Climate change is increasing the threat of emerging wheat rusts that could have devastating effects on wheat production in the UK, scientists have warned.
In recent years, aggressive new strains of wheat rusts, such as yellow (stripe) rust and leaf stem rust, caused by particular rust fungus, have wiped out up to 40% of harvests in countries in Africa, the Middle East and central Asia.
And the threat of different rusts hitting UK wheat crops is being intensified by climate change, according to scientists. who are using wild grasses and barley to combat the problem.
Work being carried out at The Sainsbury Laboratory and The John Innes Centre in Norfolk has looked at tackling the global food security issue by using genes from resistant plants to breed new varieties.
This year the UK has already seen exceptionally high levels of yellow rust following a mild winter, with NIAB TAG’s Bill Clark suggesting growers were facing one of the worst seasons ever.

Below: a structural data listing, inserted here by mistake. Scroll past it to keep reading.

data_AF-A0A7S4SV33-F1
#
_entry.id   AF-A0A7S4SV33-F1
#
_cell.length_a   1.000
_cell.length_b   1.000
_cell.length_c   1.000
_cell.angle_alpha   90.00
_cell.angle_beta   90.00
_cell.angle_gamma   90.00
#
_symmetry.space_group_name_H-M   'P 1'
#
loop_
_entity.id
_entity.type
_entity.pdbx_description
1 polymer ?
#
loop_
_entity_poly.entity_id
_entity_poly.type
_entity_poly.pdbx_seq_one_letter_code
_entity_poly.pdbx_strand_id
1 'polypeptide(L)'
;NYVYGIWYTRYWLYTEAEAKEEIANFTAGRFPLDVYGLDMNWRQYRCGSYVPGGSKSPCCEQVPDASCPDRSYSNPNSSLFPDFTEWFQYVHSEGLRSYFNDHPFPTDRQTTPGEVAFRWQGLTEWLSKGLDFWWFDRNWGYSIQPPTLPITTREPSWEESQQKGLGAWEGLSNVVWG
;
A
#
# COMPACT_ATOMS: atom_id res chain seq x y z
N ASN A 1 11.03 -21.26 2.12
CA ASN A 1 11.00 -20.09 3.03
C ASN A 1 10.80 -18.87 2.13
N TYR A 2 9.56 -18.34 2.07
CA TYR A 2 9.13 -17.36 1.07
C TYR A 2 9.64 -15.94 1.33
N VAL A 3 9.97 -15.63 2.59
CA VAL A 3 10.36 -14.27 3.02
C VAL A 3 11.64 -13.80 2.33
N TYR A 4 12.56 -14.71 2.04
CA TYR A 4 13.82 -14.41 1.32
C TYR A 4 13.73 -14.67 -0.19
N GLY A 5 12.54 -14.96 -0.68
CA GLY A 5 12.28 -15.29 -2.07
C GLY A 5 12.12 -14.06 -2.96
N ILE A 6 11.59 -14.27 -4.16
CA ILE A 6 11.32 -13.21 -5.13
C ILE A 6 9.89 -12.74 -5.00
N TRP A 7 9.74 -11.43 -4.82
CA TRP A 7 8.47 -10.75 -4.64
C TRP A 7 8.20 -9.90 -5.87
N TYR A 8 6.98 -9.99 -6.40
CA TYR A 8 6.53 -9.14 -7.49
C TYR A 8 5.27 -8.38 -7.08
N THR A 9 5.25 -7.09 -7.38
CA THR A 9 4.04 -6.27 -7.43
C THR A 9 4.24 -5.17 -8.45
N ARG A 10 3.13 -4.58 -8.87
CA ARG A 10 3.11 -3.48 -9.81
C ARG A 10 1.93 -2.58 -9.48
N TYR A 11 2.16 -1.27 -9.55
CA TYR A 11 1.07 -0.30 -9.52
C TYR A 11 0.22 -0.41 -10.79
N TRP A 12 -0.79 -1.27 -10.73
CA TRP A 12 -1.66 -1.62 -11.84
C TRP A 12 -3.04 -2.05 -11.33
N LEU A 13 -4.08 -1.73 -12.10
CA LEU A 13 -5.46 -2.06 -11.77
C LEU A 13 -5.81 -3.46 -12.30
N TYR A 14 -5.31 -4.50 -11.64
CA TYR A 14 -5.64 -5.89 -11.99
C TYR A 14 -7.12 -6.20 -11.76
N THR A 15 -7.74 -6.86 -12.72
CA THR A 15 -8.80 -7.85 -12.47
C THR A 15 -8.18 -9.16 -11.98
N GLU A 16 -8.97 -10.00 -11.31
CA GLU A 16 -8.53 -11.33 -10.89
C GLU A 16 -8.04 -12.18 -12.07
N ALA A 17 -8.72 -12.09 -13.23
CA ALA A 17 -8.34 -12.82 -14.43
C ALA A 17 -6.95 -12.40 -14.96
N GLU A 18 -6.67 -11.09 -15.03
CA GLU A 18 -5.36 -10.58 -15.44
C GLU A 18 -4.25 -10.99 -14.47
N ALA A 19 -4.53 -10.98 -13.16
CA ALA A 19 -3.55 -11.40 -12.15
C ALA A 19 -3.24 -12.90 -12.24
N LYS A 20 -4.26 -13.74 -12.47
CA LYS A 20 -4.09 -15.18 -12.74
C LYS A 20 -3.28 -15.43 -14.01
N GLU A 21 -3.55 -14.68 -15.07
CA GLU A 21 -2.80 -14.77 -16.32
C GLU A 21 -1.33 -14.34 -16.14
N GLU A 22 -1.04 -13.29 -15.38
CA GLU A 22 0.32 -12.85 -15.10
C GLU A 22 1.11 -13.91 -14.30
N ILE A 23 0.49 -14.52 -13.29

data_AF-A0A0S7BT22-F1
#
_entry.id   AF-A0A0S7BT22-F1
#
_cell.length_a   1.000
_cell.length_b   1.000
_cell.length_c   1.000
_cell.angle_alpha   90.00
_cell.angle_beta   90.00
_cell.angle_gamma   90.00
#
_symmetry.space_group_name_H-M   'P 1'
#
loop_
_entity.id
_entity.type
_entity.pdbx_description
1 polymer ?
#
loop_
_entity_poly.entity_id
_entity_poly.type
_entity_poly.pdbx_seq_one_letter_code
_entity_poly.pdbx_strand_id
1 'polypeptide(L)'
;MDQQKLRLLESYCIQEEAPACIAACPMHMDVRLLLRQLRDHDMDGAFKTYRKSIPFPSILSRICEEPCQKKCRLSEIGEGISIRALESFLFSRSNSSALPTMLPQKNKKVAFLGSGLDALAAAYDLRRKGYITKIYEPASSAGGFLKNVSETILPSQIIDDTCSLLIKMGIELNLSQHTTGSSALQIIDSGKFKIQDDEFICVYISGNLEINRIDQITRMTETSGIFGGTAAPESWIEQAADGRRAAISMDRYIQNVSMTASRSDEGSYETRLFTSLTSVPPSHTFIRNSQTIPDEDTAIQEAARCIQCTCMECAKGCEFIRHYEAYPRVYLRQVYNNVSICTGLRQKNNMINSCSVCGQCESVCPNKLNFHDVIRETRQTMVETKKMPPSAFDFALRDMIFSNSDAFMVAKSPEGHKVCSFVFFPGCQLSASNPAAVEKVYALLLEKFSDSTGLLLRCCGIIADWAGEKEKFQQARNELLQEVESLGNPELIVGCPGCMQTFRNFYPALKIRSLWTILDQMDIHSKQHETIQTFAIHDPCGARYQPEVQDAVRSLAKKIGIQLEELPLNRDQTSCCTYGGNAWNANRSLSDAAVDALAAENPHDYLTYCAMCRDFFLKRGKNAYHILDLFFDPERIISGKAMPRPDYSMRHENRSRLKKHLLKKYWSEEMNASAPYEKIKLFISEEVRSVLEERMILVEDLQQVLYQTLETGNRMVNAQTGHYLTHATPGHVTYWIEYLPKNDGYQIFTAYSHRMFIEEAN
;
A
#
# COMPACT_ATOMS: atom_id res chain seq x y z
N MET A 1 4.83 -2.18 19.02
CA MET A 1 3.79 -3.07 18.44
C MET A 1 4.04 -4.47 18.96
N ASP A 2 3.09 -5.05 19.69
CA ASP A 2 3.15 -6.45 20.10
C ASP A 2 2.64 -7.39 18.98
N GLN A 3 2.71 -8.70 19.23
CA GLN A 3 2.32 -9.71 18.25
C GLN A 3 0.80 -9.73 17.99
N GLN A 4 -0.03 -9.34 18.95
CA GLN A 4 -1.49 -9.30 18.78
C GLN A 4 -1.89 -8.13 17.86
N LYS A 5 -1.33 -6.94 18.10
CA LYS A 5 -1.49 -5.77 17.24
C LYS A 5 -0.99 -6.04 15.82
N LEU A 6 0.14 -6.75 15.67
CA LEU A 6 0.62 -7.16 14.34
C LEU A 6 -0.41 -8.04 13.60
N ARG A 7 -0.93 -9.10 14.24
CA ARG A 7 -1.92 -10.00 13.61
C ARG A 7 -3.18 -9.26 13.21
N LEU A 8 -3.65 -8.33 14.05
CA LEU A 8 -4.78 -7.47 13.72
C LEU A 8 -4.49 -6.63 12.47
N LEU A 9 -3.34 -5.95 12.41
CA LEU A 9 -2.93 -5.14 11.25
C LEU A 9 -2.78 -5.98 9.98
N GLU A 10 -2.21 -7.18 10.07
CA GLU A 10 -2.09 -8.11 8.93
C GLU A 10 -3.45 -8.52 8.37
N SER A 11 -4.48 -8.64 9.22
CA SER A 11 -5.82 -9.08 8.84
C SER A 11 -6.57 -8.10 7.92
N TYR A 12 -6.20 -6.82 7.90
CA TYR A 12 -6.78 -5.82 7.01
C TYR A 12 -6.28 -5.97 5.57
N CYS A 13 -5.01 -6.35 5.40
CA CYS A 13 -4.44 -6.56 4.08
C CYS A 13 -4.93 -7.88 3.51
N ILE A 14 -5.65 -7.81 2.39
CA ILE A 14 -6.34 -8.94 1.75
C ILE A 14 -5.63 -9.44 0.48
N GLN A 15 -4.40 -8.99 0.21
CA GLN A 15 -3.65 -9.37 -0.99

Brown rust has also seen a resurgence in recent years, with agronomists and growers having to adapt their fungicide programmes to counter the threat.
James Brown, chairman of the UK Cereal Pathogen Virulence Survey, said the problem was being driven by a changing climate, with new strains being spread rapidly.
“Yellow rust remains the number-one threat to the UK. It is a much more difficult problem to control because of its greater genetic diversity. It is a far more variable pathogen,” Dr Brown added.
“In the long term, stem rust could be a bigger risk than it is at present because of climate change.”
He also suggested that types of rust which were previously forgotten could also re-emerge and threaten UK shores in the future.
Epidemics of the fungal disease previously ravaged crops in North America in the 1950s, prompting million of pounds of investment into developing rust-resistant varieties.
However, an increasing number of outbreaks in Africa and Europe have prompted fears of it becoming a serious threat once again.
Dr Brown said a clear strategy for breeding durable resistance to all three rusts – stem, leaf and stripe – would be vital but more support may be needed to combat a growing worldwide problem.
Research organisations International Centre for Agricultural Research and the International Maize and Wheat Improvement Centre in Mexico have worked closely with UK scientists to help develop durable resistance.